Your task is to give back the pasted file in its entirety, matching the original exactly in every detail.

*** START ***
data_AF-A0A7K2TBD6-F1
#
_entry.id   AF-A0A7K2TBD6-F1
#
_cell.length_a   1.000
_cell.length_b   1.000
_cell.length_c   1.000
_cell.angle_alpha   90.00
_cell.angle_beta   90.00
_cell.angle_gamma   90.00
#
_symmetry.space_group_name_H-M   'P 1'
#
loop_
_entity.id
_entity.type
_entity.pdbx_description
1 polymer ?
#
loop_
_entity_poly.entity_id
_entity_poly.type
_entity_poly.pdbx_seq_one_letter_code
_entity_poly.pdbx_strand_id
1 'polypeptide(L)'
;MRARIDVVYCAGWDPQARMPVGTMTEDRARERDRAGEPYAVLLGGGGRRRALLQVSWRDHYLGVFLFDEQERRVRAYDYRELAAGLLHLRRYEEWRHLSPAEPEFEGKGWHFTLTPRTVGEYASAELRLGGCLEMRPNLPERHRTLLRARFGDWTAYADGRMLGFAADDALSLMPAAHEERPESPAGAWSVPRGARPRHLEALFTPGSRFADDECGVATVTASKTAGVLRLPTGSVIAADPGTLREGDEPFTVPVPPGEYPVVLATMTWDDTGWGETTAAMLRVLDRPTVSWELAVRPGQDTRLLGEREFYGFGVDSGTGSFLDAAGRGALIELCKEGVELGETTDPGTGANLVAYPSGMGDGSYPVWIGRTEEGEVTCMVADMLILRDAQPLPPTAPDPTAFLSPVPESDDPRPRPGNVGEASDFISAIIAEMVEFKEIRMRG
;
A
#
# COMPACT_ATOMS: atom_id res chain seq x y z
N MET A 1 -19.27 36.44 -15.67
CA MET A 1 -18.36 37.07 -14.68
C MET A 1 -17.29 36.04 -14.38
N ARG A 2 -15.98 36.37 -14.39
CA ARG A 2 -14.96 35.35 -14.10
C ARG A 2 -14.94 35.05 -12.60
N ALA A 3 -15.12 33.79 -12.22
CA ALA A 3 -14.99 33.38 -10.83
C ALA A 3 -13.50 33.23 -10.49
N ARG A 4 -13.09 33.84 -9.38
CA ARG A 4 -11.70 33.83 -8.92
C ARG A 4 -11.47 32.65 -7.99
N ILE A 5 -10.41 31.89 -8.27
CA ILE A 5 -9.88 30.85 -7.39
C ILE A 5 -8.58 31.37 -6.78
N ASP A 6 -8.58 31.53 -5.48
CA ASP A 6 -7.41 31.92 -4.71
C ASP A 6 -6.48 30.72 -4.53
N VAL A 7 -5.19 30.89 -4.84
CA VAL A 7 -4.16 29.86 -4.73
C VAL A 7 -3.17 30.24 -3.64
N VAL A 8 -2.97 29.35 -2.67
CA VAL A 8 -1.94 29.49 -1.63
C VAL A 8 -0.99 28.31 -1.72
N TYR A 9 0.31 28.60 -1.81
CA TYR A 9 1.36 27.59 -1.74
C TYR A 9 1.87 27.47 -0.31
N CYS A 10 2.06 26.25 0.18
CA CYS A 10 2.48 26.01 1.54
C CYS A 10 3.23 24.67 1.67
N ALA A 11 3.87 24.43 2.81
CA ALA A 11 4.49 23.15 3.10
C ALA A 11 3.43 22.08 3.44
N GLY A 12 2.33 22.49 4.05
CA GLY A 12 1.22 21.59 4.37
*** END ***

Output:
data_AF-A0A7K2TBD6-F1
#
_entry.id   AF-A0A7K2TBD6-F1
#
_cell.length_a   1.000
_cell.length_b   1.000
_cell.length_c   1.000
_cell.angle_alpha   90.00
_cell.angle_beta   90.00
_cell.angle_gamma   90.00
#
_symmetry.space_group_name_H-M   'P 1'
#
loop_
_entity.id
_entity.type
_entity.pdbx_description
1 polymer ?
#
loop_
_entity_poly.entity_id
_entity_poly.type
_entity_poly.pdbx_seq_one_letter_code
_entity_poly.pdbx_strand_id
1 'polypeptide(L)'
;MRARIDVVYCAGWDPQARMPVGTMTEDRARERDRAGEPYAVLLGGGGRRRALLQVSWRDHYLGVFLFDEQERRVRAYDYRELAAGLLHLRRYEEWRHLSPAEPEFEGKGWHFTLTPRTVGEYASAELRLGGCLEMRPNLPERHRTLLRARFGDWTAYADGRMLGFAADDALSLMPAAHEERPESPAGAWSVPRGARPRHLEALFTPGSRFADDECGVATVTASKTAGVLRLPTGSVIAADPGTLREGDEPFTVPVPPGEYPVVLATMTWDDTGWGETTAAMLRVLDRPTVSWELAVRPGQDTRLLGEREFYGFGVDSGTGSFLDAAGRGALIELCKEGVELGETTDPGTGANLVAYPSGMGDGSYPVWIGRTEEGEVTCMVADMLILRDAQPLPPTAPDPTAFLSPVPESDDPRPRPGNVGEASDFISAIIAEMVEFKEIRMRG
;
A
#
# COMPACT_ATOMS: atom_id res chain seq x y z
N MET A 1 -19.27 36.44 -15.67
CA MET A 1 -18.36 37.07 -14.68
C MET A 1 -17.29 36.04 -14.38
N ARG A 2 -15.98 36.37 -14.39
CA ARG A 2 -14.96 35.35 -14.10
C ARG A 2 -14.94 35.05 -12.60
N ALA A 3 -15.12 33.79 -12.22
CA ALA A 3 -14.99 33.38 -10.83
C ALA A 3 -13.50 33.23 -10.49
N ARG A 4 -13.09 33.84 -9.38
CA ARG A 4 -11.70 33.83 -8.92
C ARG A 4 -11.47 32.65 -7.99
N ILE A 5 -10.41 31.89 -8.27
CA ILE A 5 -9.88 30.85 -7.39
C ILE A 5 -8.58 31.37 -6.78
N ASP A 6 -8.58 31.53 -5.48
CA ASP A 6 -7.41 31.92 -4.71
C ASP A 6 -6.48 30.72 -4.53
N VAL A 7 -5.19 30.89 -4.84
CA VAL A 7 -4.16 29.86 -4.73
C VAL A 7 -3.17 30.24 -3.64
N VAL A 8 -2.97 29.35 -2.67
CA VAL A 8 -1.94 29.49 -1.63
C VAL A 8 -0.99 28.31 -1.72
N TYR A 9 0.31 28.60 -1.81
CA TYR A 9 1.36 27.59 -1.74
C TYR A 9 1.87 27.47 -0.31
N CYS A 10 2.06 26.25 0.18
CA CYS A 10 2.48 26.01 1.54
C CYS A 10 3.23 24.67 1.67
N ALA A 11 3.87 24.43 2.81
CA ALA A 11 4.49 23.15 3.10
C ALA A 11 3.43 22.08 3.44
N GLY A 12 2.33 22.49 4.05
CA GLY A 12 1.22 21.59 4.37